Some techniques for detecting and correcting impeller rotating stall use a plurality of sensors circumferentially positioned adjacent to the rotating impeller. The sensors are used to detect disturbances at individual locations. The disturbances are then compared to values at other locations or values corresponding to optimal operating conditions. Often, very complicated computations are performed to determine precursors to the onset of impeller rotating stall. Once impeller rotating stall is detected, some corrective actions include bleeding discharge gas back to the suction inlet of the compressor or modifying suction inlet flow angles using baffles or varying the position of the vanes.

One example of a technique for detecting impeller rotating stall in an axial flow compressor is in U.S. Pat. No. 6,010,303 (the '303 Patent). The '303 Patent is directed to the prediction of aerodynamic and aeromechanical instabilities in turbofan engines. An instability precursor signal is generated in real-time to predict engine surge, stall or blade flutter in aeropropulsion compression systems for turbofan engines which utilize multistage axial flow compressors. Energy waves associated with aerodynamic or aeromechanical resonances in a compression system for a turbofan engine are detected and a signal indicative of the frequencies of resonance is generated. Static pressure transducers or strain gauges are mounted near or on the fan blades to detect the energy of the system. The real-time signal is band pass filtered within a predetermined range of frequencies associated with an instability of interest, e.g. 250-310 Hz. The band pass signal is then squared in magnitude. The squared signal is then low pass filtered to form an energy instability precursor signal. The low pass filter provides an average of the sum of the squares of each frequency. The precursor signal is then used to predict and prevent aerodynamic and aeromechanical instability from occurring in a turbofan engine. One drawback of this technique is that it is only for the detection of impeller rotating stall in an axial flow compressor and does not discuss diffuser rotating stall.

Mixed flow compressors with vaneless radial diffusers can experience diffuser rotating stall during some part, or in some cases, all of their intended operating range. Typically, diffuser rotating stall occurs because the design of the diffuser is unable to accommodate all flows without some of the flow experiencing separation in the diffuser passageway. Diffuser rotating stall results in the creation of low frequency sound energy or pulsations in the gas flow passages at fundamental frequencies that are generally less than the rotating frequency of the compressor's impeller. This low frequency sound energy and its associated harmonics propagate downstream through the compressor gas passageways into pipes, heat exchangers and other vessels. The low frequency sound energy or acoustic disturbances can have high magnitudes and are undesirable because the presence of acoustic disturbances may result in the premature failure of the compressor, its controls, or other associated parts/systems.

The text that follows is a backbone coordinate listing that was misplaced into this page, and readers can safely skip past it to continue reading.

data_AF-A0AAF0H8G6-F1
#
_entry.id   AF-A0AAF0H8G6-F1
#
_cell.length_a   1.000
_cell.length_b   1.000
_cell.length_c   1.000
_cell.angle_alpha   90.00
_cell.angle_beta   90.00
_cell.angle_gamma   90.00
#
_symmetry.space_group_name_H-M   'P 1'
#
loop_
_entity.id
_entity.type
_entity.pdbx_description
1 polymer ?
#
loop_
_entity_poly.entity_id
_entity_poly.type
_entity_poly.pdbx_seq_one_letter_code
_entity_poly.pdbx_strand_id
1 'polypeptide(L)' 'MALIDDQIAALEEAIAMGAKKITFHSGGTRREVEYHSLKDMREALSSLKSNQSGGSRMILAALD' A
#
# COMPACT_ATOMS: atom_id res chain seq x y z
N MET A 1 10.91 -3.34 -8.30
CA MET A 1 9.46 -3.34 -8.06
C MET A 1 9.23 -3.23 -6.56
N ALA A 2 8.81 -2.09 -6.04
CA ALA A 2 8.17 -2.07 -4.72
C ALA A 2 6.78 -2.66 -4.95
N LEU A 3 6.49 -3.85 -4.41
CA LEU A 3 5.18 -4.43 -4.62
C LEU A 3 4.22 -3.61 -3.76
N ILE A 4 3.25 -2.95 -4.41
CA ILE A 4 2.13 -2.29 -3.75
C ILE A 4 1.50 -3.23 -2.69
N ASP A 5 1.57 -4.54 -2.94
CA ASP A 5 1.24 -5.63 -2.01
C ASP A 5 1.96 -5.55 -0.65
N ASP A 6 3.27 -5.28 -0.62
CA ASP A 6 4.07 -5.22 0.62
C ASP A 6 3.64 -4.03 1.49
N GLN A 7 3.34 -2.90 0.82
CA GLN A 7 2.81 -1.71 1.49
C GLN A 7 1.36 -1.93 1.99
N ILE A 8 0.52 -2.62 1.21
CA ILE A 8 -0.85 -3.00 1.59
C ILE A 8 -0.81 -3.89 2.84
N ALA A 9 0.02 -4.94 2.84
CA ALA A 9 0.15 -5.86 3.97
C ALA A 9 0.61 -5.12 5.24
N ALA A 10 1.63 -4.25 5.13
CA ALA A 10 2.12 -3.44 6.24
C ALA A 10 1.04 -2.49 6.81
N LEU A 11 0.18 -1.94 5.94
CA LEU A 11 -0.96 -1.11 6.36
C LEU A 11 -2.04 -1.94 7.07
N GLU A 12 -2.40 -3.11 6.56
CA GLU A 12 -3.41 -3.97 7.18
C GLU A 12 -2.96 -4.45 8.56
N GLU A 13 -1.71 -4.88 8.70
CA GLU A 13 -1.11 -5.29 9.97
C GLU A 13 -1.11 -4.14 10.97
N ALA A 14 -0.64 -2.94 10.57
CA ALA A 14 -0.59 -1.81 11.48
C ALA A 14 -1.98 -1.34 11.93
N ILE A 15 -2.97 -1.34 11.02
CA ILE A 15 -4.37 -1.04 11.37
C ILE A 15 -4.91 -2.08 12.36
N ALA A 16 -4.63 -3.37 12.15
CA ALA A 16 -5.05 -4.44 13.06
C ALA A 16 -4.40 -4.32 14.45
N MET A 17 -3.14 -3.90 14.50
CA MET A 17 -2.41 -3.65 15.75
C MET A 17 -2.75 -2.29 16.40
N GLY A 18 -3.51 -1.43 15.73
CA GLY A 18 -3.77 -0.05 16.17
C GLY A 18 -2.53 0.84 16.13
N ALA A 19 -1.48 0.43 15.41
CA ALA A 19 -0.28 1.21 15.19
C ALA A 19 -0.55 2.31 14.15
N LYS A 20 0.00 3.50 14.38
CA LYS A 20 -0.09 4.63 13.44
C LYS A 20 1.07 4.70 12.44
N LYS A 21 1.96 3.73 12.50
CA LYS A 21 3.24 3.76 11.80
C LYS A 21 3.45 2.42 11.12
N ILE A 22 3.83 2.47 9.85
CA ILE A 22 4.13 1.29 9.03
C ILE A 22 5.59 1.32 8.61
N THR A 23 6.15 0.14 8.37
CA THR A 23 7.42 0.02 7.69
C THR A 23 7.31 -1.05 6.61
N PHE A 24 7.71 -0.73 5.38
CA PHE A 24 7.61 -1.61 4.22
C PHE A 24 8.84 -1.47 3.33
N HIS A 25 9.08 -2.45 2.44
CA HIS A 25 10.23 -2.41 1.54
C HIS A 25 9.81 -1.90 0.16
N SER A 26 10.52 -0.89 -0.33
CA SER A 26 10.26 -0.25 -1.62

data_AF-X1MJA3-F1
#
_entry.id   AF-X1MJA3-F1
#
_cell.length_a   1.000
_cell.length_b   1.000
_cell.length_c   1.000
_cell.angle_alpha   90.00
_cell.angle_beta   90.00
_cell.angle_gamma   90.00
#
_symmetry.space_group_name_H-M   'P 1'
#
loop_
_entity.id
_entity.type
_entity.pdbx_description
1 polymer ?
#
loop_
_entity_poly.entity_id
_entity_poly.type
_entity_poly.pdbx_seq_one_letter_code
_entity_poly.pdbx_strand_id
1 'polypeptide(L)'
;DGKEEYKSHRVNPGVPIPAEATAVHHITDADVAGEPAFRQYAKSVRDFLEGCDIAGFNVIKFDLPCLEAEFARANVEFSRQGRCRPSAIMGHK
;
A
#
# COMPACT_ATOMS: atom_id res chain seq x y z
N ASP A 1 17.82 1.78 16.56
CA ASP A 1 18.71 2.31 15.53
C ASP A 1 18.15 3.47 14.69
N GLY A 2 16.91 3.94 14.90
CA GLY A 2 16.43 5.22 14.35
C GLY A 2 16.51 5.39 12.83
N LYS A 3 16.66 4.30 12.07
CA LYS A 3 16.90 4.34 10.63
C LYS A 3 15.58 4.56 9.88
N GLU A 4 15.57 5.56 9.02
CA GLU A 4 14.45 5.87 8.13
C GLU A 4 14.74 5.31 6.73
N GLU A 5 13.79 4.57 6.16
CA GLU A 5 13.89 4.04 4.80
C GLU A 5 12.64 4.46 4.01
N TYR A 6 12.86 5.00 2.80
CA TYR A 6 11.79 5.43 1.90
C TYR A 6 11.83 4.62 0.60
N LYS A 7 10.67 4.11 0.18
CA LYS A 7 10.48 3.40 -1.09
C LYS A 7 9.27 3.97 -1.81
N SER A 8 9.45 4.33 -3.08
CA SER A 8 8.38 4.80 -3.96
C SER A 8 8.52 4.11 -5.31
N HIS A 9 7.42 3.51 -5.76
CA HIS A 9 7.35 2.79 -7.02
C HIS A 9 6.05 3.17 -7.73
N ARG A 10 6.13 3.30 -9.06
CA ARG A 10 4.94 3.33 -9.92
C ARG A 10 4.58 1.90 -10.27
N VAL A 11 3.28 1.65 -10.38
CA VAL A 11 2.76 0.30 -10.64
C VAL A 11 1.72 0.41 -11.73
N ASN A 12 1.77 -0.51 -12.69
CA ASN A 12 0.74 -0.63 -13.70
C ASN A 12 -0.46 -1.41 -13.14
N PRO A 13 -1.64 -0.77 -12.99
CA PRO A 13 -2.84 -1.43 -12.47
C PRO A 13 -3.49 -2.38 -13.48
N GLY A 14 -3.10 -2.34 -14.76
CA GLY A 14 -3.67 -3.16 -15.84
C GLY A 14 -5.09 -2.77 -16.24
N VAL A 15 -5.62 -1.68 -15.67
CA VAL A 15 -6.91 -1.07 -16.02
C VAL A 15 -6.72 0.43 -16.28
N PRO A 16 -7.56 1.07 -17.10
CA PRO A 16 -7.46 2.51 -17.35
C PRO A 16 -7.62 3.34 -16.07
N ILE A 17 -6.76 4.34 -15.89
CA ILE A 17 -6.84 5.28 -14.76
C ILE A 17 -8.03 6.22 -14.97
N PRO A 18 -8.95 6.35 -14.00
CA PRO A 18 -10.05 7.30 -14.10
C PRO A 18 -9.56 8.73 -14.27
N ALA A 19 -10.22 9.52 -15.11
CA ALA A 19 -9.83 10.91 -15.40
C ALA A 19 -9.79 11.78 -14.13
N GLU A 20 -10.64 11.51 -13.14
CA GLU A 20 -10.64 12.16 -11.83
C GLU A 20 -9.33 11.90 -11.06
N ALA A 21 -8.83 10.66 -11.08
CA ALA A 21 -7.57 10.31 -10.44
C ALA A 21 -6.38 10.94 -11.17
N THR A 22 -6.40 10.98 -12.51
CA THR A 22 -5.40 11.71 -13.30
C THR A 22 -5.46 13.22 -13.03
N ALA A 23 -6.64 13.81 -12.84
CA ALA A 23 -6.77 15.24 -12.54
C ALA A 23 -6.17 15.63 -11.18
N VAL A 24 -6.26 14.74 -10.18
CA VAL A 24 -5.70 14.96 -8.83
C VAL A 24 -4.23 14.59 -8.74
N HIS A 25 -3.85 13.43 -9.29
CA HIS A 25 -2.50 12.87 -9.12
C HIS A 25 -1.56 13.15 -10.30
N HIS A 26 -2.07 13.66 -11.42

What is needed is a system and/or method that satisfies one or more of these needs or provides other advantageous features. Other features and advantages will be made apparent from the present specification. The teachings disclosed extend to those embodiments that fall within the scope of the claims, regardless of whether they accomplish one or more of the aforementioned needs.

SUMMARY

The present application can use either analog or digital circuits (or a combination of the two) to detect the presence of rotating stall in the diffuser. The circuits process a signal from a pressure transducer located in the diffuser or downstream from the diffuser using a high pass filter with a break frequency of about 10 Hz to be able to analyze the AC (or dynamic) fluctuations from the pressure transducer. Next, a low pass filter is used to attenuate frequencies above a break frequency of about 300 Hz. The operation of the low pass and the high pass filter can be considered to be similar to a band pass filter with a bandwidth of about 10 to about 300 Hz. The 10-300 Hz range is important because AC components in this range increase in amplitude as the operation of the compressor moves into rotating stall. At the same time, the signal is processed in the same manner to isolate a second frequency band from about 300 to about 600 Hz, i.e., the high pass filter has a break frequency of 300 Hz and the low pass filter has a break frequency of 600 Hz. The energy in the second frequency band that is adjacent to the first frequency band, the energy does not increase as fast as the energy in the first frequency band when stall conditions are present.